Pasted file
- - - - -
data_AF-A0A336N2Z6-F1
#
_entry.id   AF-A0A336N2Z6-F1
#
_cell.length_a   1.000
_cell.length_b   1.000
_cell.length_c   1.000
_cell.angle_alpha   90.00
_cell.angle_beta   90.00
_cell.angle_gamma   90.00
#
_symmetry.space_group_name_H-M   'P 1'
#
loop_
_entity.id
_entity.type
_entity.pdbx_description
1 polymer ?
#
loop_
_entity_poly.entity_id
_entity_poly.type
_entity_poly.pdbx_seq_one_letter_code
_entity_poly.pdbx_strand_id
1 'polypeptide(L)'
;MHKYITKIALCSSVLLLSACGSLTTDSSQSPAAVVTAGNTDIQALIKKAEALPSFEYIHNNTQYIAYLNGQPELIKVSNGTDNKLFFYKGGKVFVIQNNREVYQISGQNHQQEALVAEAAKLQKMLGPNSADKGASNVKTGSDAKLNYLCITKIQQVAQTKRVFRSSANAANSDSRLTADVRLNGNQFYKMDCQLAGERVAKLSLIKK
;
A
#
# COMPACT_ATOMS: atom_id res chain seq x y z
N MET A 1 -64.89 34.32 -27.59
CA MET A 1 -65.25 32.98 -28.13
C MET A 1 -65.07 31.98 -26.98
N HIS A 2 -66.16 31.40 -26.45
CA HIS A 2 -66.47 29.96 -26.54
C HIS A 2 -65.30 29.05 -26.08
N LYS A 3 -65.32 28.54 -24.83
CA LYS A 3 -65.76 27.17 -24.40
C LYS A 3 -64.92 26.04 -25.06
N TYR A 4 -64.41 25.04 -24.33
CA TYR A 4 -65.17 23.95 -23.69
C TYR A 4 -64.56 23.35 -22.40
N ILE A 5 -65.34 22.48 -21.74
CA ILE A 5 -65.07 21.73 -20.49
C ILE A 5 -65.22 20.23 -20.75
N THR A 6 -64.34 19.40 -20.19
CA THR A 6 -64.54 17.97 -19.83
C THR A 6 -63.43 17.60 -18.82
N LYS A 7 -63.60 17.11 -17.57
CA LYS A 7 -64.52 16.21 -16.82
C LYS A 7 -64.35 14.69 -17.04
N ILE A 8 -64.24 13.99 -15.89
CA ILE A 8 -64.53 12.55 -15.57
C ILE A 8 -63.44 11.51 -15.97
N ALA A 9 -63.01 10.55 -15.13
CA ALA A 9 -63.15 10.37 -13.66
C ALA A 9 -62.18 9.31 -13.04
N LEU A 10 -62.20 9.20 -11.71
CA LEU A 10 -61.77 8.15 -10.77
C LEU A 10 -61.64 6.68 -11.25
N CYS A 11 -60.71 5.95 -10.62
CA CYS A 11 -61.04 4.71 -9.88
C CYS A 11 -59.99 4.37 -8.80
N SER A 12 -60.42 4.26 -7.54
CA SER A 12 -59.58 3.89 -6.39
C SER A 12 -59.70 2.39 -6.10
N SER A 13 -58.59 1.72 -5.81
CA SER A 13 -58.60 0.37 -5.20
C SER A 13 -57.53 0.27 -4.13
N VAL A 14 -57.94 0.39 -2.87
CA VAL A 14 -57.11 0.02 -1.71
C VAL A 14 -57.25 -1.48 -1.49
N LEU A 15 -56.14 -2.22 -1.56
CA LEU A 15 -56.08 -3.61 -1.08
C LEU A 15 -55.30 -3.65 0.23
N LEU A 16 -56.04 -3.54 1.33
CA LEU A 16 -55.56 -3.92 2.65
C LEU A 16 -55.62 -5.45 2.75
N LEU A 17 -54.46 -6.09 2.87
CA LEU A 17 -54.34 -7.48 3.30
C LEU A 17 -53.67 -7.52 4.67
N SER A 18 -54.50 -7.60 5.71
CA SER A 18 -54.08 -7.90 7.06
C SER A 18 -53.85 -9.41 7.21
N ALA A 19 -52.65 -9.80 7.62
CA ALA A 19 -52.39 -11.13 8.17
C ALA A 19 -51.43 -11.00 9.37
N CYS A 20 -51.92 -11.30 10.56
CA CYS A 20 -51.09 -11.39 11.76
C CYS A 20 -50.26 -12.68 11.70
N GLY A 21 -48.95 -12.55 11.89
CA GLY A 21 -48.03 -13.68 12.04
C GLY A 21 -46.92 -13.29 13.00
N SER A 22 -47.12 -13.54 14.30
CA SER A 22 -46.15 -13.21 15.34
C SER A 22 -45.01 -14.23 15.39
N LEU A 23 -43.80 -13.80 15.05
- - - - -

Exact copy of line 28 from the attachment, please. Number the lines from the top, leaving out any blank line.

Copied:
A